And what's interesting is actually you're also seeing more unicorns take on corporate venture firms, so this is the list of unicorns with the most corporate venture investors. Most notably what you'll see as probably jumping out is DocuSign, which is the e-signature and digital transaction firm, received backing from actually ten different corporate venture firms. So there's actually seven different US unicorns with three or more corporate venture investors. All of them listed here: Lookout, Evernote. Across different verticals, whether that's gaming, digital health, or enterprise tech. And it's interesting to see just the number of corporate VCs that some of these big billion dollar companies are taking on. 


Corporate venture deals into financial tech or ‘fin tech’ ticked up 75% between 2011 and

2014. 

Cybersecurity, a third hot area that we're seeing more corporate interest. Corporate VC deal activity in cybersecurity rose 25% on a year-over-year basis in 2014, after it hit a quarterly high in Q3 '14. You'll see some of the investors listed on the right; Intel Capital probably most notable, doing a spectrum of deals to companies within cybersecurity, whether that's in virtualization, whether it's in cloud, or other areas. You'll see some of the investments there. 

KLEINER PERKINS IS MOST FREQUEST VENTURE  CAPITAL CO-INVESTOR WITH CVCs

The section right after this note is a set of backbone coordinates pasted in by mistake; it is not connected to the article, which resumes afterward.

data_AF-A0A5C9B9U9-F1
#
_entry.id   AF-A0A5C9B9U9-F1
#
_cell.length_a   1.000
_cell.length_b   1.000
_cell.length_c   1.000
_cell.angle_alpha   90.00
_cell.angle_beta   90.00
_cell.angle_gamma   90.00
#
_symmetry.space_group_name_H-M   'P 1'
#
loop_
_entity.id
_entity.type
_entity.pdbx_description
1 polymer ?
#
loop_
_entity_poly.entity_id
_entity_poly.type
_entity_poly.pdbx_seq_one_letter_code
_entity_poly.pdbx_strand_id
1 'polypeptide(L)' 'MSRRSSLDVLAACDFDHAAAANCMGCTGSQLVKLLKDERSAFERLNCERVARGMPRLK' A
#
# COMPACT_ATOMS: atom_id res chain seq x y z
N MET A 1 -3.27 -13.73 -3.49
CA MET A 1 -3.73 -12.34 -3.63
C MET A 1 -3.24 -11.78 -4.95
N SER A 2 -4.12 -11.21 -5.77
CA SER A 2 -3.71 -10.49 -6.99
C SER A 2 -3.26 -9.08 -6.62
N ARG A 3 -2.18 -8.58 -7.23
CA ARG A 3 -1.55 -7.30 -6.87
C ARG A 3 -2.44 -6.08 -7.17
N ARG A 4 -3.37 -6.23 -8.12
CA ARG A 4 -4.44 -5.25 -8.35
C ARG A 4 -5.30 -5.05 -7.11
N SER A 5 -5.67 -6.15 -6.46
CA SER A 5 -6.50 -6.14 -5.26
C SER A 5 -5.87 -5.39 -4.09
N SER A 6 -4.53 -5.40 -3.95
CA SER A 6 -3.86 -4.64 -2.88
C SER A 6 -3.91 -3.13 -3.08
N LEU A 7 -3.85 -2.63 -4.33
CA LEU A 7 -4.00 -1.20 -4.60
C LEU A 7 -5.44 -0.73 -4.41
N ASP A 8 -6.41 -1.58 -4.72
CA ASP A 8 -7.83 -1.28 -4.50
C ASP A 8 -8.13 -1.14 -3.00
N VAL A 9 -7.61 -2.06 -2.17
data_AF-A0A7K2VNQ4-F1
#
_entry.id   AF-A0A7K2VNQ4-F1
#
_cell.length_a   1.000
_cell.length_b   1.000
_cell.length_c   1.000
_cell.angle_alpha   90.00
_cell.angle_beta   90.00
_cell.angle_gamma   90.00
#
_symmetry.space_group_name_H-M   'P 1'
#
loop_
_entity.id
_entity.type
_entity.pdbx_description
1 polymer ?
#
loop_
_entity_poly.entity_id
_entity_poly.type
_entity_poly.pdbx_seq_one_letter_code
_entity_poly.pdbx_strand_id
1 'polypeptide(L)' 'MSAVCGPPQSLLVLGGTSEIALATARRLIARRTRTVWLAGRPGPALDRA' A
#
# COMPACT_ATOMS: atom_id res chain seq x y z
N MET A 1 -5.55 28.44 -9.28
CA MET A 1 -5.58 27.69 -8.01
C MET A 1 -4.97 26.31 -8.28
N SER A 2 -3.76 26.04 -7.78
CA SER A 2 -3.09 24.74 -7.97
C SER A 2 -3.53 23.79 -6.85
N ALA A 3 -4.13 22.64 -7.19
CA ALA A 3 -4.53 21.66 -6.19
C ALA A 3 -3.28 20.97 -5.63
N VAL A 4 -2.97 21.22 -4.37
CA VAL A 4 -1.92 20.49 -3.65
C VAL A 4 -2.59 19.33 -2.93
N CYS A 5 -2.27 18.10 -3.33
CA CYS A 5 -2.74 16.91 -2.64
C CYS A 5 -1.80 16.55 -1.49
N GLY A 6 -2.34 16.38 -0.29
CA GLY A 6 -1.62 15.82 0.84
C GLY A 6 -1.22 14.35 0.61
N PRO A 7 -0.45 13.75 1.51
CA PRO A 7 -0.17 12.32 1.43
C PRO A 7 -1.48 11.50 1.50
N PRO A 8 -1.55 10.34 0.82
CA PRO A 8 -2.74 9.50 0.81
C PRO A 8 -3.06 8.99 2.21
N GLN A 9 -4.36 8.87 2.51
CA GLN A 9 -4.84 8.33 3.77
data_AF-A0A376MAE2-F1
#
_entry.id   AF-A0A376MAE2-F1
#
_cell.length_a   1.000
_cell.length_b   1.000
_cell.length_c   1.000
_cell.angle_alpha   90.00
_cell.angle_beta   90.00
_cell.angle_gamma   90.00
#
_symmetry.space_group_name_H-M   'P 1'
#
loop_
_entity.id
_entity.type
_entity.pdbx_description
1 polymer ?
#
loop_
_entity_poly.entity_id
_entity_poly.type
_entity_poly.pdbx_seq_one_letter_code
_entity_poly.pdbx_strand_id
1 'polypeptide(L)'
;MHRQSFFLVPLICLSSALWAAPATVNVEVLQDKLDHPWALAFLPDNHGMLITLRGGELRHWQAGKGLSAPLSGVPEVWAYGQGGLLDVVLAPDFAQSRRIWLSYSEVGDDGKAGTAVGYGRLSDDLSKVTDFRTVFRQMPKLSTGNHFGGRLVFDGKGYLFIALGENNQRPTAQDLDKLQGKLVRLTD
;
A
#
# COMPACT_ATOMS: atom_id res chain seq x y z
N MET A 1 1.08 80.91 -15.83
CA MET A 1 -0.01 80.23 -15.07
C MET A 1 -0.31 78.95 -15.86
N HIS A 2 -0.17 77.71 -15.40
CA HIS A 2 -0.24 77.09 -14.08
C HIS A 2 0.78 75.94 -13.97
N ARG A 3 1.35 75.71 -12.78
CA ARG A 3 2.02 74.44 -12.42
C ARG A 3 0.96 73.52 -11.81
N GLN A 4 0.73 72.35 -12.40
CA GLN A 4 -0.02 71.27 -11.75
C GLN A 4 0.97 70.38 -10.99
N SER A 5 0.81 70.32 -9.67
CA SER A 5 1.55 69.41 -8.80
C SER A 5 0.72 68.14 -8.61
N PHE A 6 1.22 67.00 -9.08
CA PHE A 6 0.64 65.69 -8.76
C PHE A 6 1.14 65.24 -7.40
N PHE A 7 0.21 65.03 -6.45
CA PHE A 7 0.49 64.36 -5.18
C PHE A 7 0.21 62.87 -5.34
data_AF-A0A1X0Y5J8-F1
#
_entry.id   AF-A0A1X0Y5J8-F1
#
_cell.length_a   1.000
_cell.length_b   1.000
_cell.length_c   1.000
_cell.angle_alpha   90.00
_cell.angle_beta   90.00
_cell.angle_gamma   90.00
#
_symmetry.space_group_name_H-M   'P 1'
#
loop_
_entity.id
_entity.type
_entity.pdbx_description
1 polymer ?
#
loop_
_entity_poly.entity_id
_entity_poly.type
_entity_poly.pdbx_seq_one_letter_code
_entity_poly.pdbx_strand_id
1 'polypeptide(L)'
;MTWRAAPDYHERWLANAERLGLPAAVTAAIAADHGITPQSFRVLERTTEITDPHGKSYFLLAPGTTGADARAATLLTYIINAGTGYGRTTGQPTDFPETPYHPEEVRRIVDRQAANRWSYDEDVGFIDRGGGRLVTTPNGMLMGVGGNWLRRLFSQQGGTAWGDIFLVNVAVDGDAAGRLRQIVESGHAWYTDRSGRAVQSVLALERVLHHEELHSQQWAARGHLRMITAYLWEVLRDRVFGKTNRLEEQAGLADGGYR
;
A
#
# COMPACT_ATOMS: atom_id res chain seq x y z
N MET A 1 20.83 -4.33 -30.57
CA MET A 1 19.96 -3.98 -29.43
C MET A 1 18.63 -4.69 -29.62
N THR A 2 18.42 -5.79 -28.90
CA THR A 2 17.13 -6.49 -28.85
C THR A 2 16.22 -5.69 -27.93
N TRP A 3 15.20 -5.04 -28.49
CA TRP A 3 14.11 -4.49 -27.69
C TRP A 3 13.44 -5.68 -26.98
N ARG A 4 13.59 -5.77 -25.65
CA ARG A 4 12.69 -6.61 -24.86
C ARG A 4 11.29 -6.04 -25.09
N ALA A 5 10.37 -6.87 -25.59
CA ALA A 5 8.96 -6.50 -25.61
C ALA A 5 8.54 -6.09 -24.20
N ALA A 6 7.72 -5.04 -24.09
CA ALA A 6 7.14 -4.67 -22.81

CASE STUDY: GOOGLE VENTURES

Kleiner Perkins and NEA are the most frequent co-investors with CVCs since 2010 followed

by Andreessen Horowitz.

So next we're just going to do a quick bit into syndicates. So corporate venture firms primarily aren't doing these deals by themselves. They're doing deals with other firms, especially venture firms. This slide will show you the top VC co-investors of corporate venture firms, so who has done the most deals with CVCs since 2010. What we see here is the big multi cap, large stage VCs doing the most deals. So Kleiner Perkins, NEA, Andreessen Horowitz rounding out the top three in terms of doing the most deals with corporate investors.





Here just a closer look at the share of corporate venture syndicated deals, as a proportion of their overall deals. So Kleiner Perkins probably jumps out as doing 29%, almost a third of their deals with a corporate venture investor since 2010. A couple other big ones: Venrock and Draper Fisher Jurvetson, DFJ. Both doing about a fourth of their deals with a CVC. Those are new and follow-on deals, but just some VC firms you'll see taking on a larger share of their deals with a corporate investor, and really becoming a prominent part of their investing.

Since the start of 2014, Google Ventures has placed a large strategic emphasis on

cybersecurity (ex. Duo, Ionic, Threatstream, Synack) and a broader push into digital health

(ex. Transcriptic, Spruce, Flatiron Health). Companies within the realm of “big data” and data  analytics have also been a recent focus area (ex. Rocana, MapD, Cohesity). 

THE MOST ACTIVE CORPORATE VENTURE CAPITAL

GROUPS

More recently, Google Ventures has identified more opportunities in New York. In 2012 and  2013, Google Ventures participated in 13 NY deals. Since then, Google Ventures has doubled down, completing 16 deals including a $130M investment into Flatiron Health.

So this is the quick look and we'll be sending you the slides after. But this is just as look at some of the most active CVCs. Here you'll see some of the tech corporations making it in terms of the most active VCs. Google Ventures, Intel Capital, Qualcomm Ventures, you'll see some of their recent, new investments that they're done. Rounding out the top ten, Novartis in the healthcare space as well as Fidelity, and then GE Ventures, Bloomberg Data, and Cisco Investments. 

GOOGLE VENTURES STAGE STRATEGY: EARLY STAGE  TAKES 65%+ OF DEALS